However, some composite sheet materials being sold are not of the best quality.
    This normally means the aluminium skin on either side of the polyethylene core is very thin.
    At times even the core is poor quality…
    As a result, sometimes using adhesives that are not necessarily as “hot” as some, can still create adverse effects on the face, when applied to the rear. again, doing some tests on scrap materials you use is advised. all i am talking about is putting a blob and a line of adhesive on the rear of an offcut, leaving it to cure and then take it out into the sun and walk back from it and view at different angles. try the same when the sky is cloudy. as the lighting great effects when it can and can’t be seen.

    • David Stevenson

      November 8, 2021 at 10:46 pm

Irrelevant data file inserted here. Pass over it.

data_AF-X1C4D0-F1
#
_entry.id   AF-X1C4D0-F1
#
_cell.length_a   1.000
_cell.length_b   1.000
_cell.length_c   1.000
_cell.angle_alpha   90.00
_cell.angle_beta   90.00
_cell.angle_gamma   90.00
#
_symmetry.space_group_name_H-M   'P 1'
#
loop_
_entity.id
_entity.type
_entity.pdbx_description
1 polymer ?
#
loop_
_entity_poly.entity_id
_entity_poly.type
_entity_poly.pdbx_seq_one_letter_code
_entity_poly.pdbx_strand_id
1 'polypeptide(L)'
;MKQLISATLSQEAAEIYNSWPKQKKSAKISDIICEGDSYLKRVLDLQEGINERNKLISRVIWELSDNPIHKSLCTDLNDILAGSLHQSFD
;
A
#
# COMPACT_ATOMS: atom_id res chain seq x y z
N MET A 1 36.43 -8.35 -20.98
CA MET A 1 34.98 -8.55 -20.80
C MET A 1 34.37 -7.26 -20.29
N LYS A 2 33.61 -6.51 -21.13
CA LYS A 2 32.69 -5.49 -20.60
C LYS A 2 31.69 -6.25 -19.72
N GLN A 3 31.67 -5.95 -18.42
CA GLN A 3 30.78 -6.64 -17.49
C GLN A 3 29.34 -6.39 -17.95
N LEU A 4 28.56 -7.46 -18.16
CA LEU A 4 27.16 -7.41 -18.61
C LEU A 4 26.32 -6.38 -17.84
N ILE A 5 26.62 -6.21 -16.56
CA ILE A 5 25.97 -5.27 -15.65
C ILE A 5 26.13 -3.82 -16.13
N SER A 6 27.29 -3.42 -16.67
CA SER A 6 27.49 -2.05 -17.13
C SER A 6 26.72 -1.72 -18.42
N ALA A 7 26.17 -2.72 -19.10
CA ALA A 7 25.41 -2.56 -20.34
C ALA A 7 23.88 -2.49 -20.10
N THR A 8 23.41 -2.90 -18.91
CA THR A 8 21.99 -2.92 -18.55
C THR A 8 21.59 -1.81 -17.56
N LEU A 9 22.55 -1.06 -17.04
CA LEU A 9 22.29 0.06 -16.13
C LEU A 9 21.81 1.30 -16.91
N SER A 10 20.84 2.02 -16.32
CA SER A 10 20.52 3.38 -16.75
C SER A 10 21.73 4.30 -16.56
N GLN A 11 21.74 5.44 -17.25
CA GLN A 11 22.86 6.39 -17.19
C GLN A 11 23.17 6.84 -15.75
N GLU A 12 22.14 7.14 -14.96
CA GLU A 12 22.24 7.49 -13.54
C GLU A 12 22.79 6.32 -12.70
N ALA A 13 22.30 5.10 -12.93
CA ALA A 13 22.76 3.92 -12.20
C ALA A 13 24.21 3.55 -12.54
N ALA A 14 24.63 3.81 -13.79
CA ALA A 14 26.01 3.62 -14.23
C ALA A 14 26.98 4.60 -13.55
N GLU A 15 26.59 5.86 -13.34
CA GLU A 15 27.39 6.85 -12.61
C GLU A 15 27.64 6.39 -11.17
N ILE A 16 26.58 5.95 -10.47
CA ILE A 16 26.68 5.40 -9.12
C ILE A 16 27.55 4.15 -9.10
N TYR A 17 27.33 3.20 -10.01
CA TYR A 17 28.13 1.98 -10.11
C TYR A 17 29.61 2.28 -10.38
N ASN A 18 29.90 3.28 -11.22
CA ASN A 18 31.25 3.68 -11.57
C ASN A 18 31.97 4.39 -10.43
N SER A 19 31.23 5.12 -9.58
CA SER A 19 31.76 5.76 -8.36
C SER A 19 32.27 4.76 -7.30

Thanks for such an in-depth reply Robert. We’re actually doing what Kevin mentioned and cladding the front of the building although I did describe that pretty badly lol. You have however gave me quite an insight into fitting folded pans which is something we’d like to get into more since getting our cnc. Anytime I’d fitted one before I’d always used wooden batons and frame fixers. The aluminium angle and concrete screws seem a much more professional and durable fitting method. I found with the frame fixers if you were unlucky they’d go into the cavity and not expand. I was also concerned that over time the timber would rot and cause problems especially after reading about the William Hill incident. Going to order some bit up and see how we get on. Thanks again 🙂

  • Kevin Mahoney

    November 5, 2021 at 7:35 am

    I’m assuming you’re trying to achieve a cladded look on this, I’m doing a similar thing today on a smaller scale over a very rough timber framework. I wouldn’t use any adhesive as Rob says but rather treat them as a horizontal tray with deeper returns & notch out the columns & fix to the window returns, then repeat with vertical trays to do the uprights & just have a small tight seam where they meet the horizontal tray. Maybe a faff but would look better in my opinion mate